Sisterhood Blog

Hadassah's Leadership on Madoff, Fundraising and Growth

By Debra Nussbaum Cohen

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Hadassah: The Women’s Zionist Organization of America, has just voted in a new national president, so we thought it would be a good time to check in with the venerable but embattled organization.

Left, Hadassah’s outgoing president, Nancy Falchuk and incoming president Marcie Natan.

Hadassah recently agreed to pay $45 million to settle with the court-appointed trustee in the Bernard Madoff bankruptcy. The settlement was first announced on December 9, 2010. After investing $33 million over the two decades before Madoff’s Ponzi scheme collapsed in 2008, Hadassah withdrew $137 million. Hadassah raises money in the U.S. and internationally to fund Hadassah hospital and other projects in Israel. The group’s Madoff problem, coupled with the recession, led Hadassah to lay off about one third of its staff in 2008 and 2009, and to undergo a restructuring over the past two years.

Read a Q&A with incoming national president Marcie Natan and outgoing national president Nancy Falchuk after the jump.

We interviewed incoming national president Marcie Natan, a long-time leader at the volunteer-run organization, and Nancy Falchuk, who will complete four terms as national president when Natan fully takes the reigns in July. The interview was conducted, condensed and edited by Debra Nussbaum Cohen.

Debra Nussbaum Cohen: What is Hadassah’s current fiscal state?

Natan: We are really coming out of a couple of years of very serious financial setbacks. We’re beginning to see a turnaround here and are about to go into our centennial year. We are energized and focused on completing the inpatient hospital tower [named the Sarah Wetsman Davidson Tower] and looking forward to celebrating the centennial and the Hadassah hospital tower’s dedication in October 2012.

I come in with four years as our national treasurer and was very focused on that during the time period of my tenure as treasurer so I have a good background and support of our staff and volunteers here.

What is the continuing impact of the Madoff settlement? Where was the money for the settlement obtained?

Falchuk: The Picard settlement is done, we are ready to move on. For us it’s done. It’s all in the letter [she sent to Hadassah’s membership and the press announcing the settlement]. It tells the entire story. For us the door is closed on this, it’s over.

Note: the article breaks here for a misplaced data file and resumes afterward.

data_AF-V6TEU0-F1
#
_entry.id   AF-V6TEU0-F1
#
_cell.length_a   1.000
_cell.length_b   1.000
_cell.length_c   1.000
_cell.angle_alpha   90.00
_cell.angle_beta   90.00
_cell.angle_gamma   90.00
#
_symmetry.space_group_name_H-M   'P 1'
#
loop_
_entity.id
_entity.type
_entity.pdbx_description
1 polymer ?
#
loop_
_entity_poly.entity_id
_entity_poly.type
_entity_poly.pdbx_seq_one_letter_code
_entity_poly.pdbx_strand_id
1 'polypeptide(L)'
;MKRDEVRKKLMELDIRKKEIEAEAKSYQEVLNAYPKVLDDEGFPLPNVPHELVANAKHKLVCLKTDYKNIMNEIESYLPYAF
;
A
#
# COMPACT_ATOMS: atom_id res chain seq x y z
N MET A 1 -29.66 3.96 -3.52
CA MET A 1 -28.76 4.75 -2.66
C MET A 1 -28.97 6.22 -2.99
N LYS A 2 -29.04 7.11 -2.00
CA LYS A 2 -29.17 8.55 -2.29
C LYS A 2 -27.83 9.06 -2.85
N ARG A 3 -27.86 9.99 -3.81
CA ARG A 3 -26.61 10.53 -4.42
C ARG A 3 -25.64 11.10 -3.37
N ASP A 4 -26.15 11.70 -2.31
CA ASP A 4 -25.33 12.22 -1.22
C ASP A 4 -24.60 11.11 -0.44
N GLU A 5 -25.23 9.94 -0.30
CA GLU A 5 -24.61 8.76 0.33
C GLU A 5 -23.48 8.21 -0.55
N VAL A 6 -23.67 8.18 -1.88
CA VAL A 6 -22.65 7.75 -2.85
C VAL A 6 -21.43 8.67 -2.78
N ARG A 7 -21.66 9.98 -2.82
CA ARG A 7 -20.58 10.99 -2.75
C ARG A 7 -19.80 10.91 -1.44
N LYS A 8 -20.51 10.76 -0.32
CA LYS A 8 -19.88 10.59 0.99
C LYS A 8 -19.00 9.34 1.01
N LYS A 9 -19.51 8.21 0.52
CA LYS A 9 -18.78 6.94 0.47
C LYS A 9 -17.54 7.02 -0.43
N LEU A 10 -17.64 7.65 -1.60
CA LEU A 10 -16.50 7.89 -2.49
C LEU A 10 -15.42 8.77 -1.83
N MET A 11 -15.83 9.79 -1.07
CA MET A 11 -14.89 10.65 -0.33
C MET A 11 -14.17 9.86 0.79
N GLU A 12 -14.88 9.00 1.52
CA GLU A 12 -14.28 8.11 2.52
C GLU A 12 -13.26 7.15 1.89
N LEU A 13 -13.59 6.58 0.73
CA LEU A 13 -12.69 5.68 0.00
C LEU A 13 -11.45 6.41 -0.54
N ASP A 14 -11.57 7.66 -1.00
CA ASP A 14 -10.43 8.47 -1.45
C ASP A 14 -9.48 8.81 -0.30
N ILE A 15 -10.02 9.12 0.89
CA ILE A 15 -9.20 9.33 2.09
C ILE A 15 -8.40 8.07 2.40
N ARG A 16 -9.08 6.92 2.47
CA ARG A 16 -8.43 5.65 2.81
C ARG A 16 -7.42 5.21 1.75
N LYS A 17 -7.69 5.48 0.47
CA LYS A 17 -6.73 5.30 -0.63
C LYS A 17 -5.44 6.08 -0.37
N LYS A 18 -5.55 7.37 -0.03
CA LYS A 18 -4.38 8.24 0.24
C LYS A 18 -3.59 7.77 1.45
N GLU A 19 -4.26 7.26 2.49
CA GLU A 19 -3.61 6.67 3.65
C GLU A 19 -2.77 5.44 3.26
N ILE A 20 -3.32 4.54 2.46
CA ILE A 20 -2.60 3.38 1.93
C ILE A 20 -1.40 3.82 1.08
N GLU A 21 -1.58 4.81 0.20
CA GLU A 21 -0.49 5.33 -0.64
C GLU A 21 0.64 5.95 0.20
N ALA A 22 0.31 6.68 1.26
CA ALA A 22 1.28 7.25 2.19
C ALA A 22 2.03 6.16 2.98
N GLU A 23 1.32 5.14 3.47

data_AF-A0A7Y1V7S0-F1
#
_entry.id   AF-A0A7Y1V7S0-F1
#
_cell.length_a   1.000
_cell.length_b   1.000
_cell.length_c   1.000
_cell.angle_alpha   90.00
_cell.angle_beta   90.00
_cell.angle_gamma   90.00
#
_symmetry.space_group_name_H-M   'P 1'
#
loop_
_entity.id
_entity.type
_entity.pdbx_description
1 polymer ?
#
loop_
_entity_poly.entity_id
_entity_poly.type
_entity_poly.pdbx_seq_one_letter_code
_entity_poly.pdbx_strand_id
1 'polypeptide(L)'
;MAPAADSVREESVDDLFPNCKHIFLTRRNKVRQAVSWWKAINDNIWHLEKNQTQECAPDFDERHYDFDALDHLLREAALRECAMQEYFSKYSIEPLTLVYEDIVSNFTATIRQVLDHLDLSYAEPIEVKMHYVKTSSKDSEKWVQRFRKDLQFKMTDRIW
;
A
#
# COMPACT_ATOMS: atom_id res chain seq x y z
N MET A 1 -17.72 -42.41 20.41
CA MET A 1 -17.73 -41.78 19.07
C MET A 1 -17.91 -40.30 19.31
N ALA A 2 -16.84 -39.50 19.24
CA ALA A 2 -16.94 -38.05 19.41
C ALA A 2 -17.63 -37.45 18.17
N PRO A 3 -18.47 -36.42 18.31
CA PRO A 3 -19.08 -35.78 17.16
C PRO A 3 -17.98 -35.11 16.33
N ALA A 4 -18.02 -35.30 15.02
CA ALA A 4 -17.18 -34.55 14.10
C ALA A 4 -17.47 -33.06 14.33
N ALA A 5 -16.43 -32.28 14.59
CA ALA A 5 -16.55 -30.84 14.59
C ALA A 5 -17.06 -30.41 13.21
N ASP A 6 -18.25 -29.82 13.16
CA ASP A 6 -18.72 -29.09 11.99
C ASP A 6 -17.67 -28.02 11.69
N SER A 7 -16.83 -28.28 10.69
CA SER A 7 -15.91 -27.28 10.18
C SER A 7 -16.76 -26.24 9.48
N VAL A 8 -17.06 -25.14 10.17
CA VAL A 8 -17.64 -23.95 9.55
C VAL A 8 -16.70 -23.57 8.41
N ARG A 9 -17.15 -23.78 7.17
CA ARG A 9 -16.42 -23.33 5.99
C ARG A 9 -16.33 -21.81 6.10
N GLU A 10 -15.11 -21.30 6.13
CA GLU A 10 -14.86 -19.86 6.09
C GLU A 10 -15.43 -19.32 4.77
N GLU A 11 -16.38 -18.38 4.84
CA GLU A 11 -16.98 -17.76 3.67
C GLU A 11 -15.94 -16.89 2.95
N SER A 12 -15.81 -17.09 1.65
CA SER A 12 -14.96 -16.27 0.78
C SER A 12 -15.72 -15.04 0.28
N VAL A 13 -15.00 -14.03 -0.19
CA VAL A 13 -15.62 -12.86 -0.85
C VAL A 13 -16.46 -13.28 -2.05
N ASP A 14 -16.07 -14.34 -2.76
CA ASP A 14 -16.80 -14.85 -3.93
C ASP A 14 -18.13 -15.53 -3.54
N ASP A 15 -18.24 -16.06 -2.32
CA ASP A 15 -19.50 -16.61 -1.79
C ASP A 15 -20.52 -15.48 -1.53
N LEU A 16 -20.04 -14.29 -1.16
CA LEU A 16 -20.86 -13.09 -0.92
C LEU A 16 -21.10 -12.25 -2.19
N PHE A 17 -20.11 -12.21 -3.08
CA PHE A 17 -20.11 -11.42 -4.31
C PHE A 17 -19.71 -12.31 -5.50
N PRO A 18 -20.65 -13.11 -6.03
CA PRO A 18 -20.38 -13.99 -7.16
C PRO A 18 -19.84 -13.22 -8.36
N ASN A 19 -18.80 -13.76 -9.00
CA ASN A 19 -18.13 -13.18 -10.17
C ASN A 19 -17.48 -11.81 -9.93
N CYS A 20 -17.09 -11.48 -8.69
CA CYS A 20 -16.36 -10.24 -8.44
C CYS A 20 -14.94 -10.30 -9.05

Natan: It’s not that we’re being evasive, everything is in the letter.

What is Hadassah’s budget for 2011?

Falchuk: We’re looking at it with a lot of the divisions [of the organization] and I’m not prepared to discuss it now because we’re reviewing it with them.

Natan: The goal we are working toward is to have that budget come in so the funds we are able to raise will meet the budget. For us a deficit means we are forced to rely on unrestricted funds.

Falchuk: We have a lot of [projects we support and our expenditures on this side of the ocean need to be looked at and put in line with current needs. We’re trying to avoid deficits, to be able save, we have done very well in the market and in fundraising. We’re just about there.

Natan: Once we complete the analysis with our division the budget we hope to bring in will be in line with the fundraising we bring in.

How many members does Hadassah currently have and what is their average age?

Natan: We have about 300,000 members and we will soon have more. We just started a $100 life membership enrollment fee in honor of our centennial. One of our chapter presidents in Florida said last week she has already enrolled 800 new members and she just started this on January 2nd.

Falchuk: We have 24 chapters internationally. With envelopes still unopened we have 2,700 new members. The life membership fee was $360 before the centennial.

Natan: We don’t really know the average age of our members. We don’t see birth dates when we bring in our members. We know that we’re not a young —

Falchuk (interrupting): If you look around at our leadership we’re a microcosm. I looked back in our archives to 1920s and ’30s, and in minutes the biggest conversation was always “how do we attract the young?”

Natan: We don’t have any preggies but we have women with very young children on our national board, meaning they have reached the level of regional or chapter presidents. I just challenged the two young national board members who just came back from a young leaders mission with setting up the next one. We find that if we take them to Israel they are connected to us for life and bringing their friends to Hadassah as well.


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